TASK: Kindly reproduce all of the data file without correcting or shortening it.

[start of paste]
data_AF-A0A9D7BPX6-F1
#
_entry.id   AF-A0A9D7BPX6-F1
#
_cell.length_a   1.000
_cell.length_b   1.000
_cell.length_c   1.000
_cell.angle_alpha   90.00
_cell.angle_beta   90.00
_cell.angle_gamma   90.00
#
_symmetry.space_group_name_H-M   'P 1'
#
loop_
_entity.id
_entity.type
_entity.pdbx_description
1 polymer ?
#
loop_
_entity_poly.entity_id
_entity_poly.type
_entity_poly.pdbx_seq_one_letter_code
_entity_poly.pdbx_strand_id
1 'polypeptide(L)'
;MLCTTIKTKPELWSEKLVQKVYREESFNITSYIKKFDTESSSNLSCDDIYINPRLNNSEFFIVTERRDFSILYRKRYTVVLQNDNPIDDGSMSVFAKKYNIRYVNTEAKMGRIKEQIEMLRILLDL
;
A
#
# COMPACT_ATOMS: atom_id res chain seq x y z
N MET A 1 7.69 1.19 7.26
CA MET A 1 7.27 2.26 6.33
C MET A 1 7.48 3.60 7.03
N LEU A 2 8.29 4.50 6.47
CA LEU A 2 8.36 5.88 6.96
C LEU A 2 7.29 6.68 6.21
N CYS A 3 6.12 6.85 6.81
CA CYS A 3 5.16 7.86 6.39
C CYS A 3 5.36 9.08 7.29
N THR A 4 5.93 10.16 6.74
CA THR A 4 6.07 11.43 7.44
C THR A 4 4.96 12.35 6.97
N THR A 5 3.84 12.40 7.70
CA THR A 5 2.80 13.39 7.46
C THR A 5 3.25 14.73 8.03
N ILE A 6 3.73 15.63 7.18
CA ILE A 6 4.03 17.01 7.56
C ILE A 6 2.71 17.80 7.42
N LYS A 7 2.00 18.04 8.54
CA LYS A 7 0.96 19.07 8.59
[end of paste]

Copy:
data_AF-A0A9D7BPX6-F1
#
_entry.id   AF-A0A9D7BPX6-F1
#
_cell.length_a   1.000
_cell.length_b   1.000
_cell.length_c   1.000
_cell.angle_alpha   90.00
_cell.angle_beta   90.00
_cell.angle_gamma   90.00
#
_symmetry.space_group_name_H-M   'P 1'
#
loop_
_entity.id
_entity.type
_entity.pdbx_description
1 polymer ?
#
loop_
_entity_poly.entity_id
_entity_poly.type
_entity_poly.pdbx_seq_one_letter_code
_entity_poly.pdbx_strand_id
1 'polypeptide(L)'
;MLCTTIKTKPELWSEKLVQKVYREESFNITSYIKKFDTESSSNLSCDDIYINPRLNNSEFFIVTERRDFSILYRKRYTVVLQNDNPIDDGSMSVFAKKYNIRYVNTEAKMGRIKEQIEMLRILLDL
;
A
#
# COMPACT_ATOMS: atom_id res chain seq x y z
N MET A 1 7.69 1.19 7.26
CA MET A 1 7.27 2.26 6.33
C MET A 1 7.48 3.60 7.03
N LEU A 2 8.29 4.50 6.47
CA LEU A 2 8.36 5.88 6.96
C LEU A 2 7.29 6.68 6.21
N CYS A 3 6.12 6.85 6.81
CA CYS A 3 5.16 7.86 6.39
C CYS A 3 5.36 9.08 7.29
N THR A 4 5.93 10.16 6.74
CA THR A 4 6.07 11.43 7.44
C THR A 4 4.96 12.35 6.97
N THR A 5 3.84 12.40 7.70
CA THR A 5 2.80 13.39 7.46
C THR A 5 3.25 14.73 8.03
N ILE A 6 3.73 15.63 7.18
CA ILE A 6 4.03 17.01 7.56
C ILE A 6 2.71 17.80 7.42
N LYS A 7 2.00 18.04 8.54
CA LYS A 7 0.96 19.07 8.59